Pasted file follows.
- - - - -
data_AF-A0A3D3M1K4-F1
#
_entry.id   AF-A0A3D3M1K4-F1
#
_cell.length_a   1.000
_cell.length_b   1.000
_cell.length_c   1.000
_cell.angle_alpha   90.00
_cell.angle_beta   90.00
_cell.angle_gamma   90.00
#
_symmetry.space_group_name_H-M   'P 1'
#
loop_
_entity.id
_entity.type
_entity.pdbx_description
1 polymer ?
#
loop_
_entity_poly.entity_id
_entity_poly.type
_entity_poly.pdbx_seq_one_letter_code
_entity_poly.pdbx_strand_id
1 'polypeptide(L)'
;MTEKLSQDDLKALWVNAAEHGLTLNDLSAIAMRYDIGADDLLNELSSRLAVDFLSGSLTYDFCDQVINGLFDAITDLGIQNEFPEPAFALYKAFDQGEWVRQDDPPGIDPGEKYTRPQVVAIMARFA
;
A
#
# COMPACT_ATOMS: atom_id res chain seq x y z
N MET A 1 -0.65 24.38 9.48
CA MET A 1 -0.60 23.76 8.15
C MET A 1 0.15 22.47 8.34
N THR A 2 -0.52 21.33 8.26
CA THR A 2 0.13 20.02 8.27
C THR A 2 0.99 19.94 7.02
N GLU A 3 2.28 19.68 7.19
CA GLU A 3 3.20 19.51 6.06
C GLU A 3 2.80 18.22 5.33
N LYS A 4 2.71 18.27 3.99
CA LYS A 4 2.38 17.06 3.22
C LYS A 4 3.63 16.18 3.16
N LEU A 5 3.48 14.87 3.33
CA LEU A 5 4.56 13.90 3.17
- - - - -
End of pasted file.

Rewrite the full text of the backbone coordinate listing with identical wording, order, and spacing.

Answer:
data_AF-A0A3D3M1K4-F1
#
_entry.id   AF-A0A3D3M1K4-F1
#
_cell.length_a   1.000
_cell.length_b   1.000
_cell.length_c   1.000
_cell.angle_alpha   90.00
_cell.angle_beta   90.00
_cell.angle_gamma   90.00
#
_symmetry.space_group_name_H-M   'P 1'
#
loop_
_entity.id
_entity.type
_entity.pdbx_description
1 polymer ?
#
loop_
_entity_poly.entity_id
_entity_poly.type
_entity_poly.pdbx_seq_one_letter_code
_entity_poly.pdbx_strand_id
1 'polypeptide(L)'
;MTEKLSQDDLKALWVNAAEHGLTLNDLSAIAMRYDIGADDLLNELSSRLAVDFLSGSLTYDFCDQVINGLFDAITDLGIQNEFPEPAFALYKAFDQGEWVRQDDPPGIDPGEKYTRPQVVAIMARFA
;
A
#
# COMPACT_ATOMS: atom_id res chain seq x y z
N MET A 1 -0.65 24.38 9.48
CA MET A 1 -0.60 23.76 8.15
C MET A 1 0.15 22.47 8.34
N THR A 2 -0.52 21.33 8.26
CA THR A 2 0.13 20.02 8.27
C THR A 2 0.99 19.94 7.02
N GLU A 3 2.28 19.68 7.19
CA GLU A 3 3.20 19.51 6.06
C GLU A 3 2.80 18.22 5.33
N LYS A 4 2.71 18.27 3.99
CA LYS A 4 2.38 17.06 3.22
C LYS A 4 3.63 16.18 3.16
N LEU A 5 3.48 14.87 3.33
CA LEU A 5 4.56 13.90 3.17